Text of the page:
Landscapes/Features of Earth Undergone Dramatic Change
Several of the landscapes and features of the Earth have undergone a dramatic change since 1984. Google has made its prime update to Time-lapse with addition of four years of imagery, big amounts of new data together with a sharper view of the Earth from 1984 to 2016.
Latest images by Google’s Time-lapse application portrays how the features comprising of Alaska’s Columbia glacier and Dubai’s extensive cityscape tend to have drastically progressed in the last 32 years. Its Time-lapse visualisation of Earth, had first been released by Google in 2013, offering the most comprehensive image of our changing planet, made available to the public.
The communicating time-lapse experience permits people in exploring changes to the surface of the Earth like never before from observing the sprouting of Las Vegas strip to the retreat of Alaska’s Columbia glacier. Moreover, it enables user in exploring a variety of compelling locations much further than 1984. For instance, in London, one can make out the progress of the City Airport and the Olympic stadium in Stratford. On zooming in on the Aral Sea it portrays how it has been drying since the 1960s owing to Soviet irrigation programmes.
New Time-lapse Show Sharper View of Planet
If the date is moved to 2007, the volume of the Aral Sea seems to be reduced to about 10% of its original size. For the time being, over the past three decades, Alaska’s Columbia Glacier is observed to have retreated over 12 miles.Another city which has undergone drastic changes since 1984 is New York.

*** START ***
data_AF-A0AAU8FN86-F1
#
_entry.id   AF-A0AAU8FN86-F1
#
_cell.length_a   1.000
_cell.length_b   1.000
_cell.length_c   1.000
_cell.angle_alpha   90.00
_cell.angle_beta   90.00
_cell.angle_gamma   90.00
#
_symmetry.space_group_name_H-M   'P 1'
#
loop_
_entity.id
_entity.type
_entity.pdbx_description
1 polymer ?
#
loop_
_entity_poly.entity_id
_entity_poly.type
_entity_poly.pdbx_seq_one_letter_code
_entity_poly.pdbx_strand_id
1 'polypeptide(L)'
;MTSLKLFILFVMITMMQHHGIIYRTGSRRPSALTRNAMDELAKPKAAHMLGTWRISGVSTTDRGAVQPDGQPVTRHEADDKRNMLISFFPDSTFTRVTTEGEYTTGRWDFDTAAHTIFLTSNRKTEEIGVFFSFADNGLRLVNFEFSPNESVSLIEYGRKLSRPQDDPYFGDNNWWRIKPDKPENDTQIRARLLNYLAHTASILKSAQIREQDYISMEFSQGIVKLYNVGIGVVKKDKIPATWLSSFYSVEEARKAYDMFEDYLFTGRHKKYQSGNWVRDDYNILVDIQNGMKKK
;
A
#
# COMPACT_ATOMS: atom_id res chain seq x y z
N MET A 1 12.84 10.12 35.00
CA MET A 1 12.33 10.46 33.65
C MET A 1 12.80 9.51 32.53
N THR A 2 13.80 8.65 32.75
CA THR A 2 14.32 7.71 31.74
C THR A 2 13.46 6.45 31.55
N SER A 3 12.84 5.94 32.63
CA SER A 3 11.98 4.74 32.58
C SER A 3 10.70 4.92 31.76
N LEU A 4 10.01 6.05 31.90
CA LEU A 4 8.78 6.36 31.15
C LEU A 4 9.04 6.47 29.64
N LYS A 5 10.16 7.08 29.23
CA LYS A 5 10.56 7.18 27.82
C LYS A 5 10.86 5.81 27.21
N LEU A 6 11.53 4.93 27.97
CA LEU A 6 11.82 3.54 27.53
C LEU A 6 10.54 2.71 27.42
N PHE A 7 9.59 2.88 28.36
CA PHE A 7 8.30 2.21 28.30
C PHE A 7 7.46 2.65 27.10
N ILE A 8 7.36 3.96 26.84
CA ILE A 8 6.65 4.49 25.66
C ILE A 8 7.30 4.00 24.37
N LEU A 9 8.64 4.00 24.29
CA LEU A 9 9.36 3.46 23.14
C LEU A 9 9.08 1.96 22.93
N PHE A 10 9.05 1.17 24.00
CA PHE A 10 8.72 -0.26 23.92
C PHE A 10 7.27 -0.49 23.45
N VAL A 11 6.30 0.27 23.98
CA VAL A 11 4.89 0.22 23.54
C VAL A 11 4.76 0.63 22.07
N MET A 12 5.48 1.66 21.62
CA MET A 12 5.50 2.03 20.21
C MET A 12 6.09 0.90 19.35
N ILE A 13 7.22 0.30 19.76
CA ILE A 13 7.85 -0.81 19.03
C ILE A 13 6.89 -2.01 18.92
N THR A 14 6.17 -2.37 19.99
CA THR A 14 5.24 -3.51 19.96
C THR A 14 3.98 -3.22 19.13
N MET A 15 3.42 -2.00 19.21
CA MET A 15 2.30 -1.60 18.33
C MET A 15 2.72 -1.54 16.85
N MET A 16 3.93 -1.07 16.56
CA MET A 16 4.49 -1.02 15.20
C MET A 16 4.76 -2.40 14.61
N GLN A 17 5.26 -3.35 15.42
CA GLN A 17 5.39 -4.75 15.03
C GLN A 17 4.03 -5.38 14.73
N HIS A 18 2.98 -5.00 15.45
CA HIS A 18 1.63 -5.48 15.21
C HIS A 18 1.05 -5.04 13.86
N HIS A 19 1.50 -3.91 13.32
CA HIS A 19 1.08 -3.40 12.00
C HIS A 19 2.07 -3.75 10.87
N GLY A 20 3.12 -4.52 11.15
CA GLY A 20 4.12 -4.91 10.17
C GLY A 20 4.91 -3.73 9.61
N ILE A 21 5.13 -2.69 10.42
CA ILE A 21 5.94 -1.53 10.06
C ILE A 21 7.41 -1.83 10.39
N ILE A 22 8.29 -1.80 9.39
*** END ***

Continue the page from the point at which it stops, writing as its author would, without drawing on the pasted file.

In comparison to 1984 to 2016, it shows how much progress has been made around the Central Park area and Brooklyn. Programme Manager at Google Earth Engine, Chris Herwig, had commented that `in leveraging the same techniques were used in improving Google Maps and Google Earth back in June, the new Time-lapse showed a sharper view of our planet, with truer colours and less distracting artefacts’.
He further informed that using Google Earth Engine, they had combined over 5,000,000 satellite images, approximately 4 petabytes of data in creating 33 images of the complete planet, one for each year. He added that for the latest update, they had access to more images from the past due to the Landsat Global Archive Consolidation Program together with fresh images from two new satellites, namely Landsat 8 and Sentinel-2.
USGS/NASA - Landsat
The 33 new terapixel global images were then encoded into just over 25,000,000 overlapping multi-resolution video tiles, making interactively explorable by Carnegie Mellon CREATE Lab’s Time Machine library, which is a technology in creating and inspecting zoomable as well as pannable time-lapses over space and time.
In order to explore the feature, one could type in the name of a place in the search bar and move the timeline towards the bottom in opting for the year one would prefer to view. Images had been initially collected as part of constant joint mission between the United States Geological Survey –USGS and NASA known as Landsat.
The Landsat mission’s satellites since the 1970s had been observing the Earth from space. The images have been sent back to Earth and archived on USGS tape drives which is an achievement that is much stress-free with the present digital technology than with analog tape in the 1970s. In order to make this historic archive of earth imagery available online, Google began working with USGS in 2009.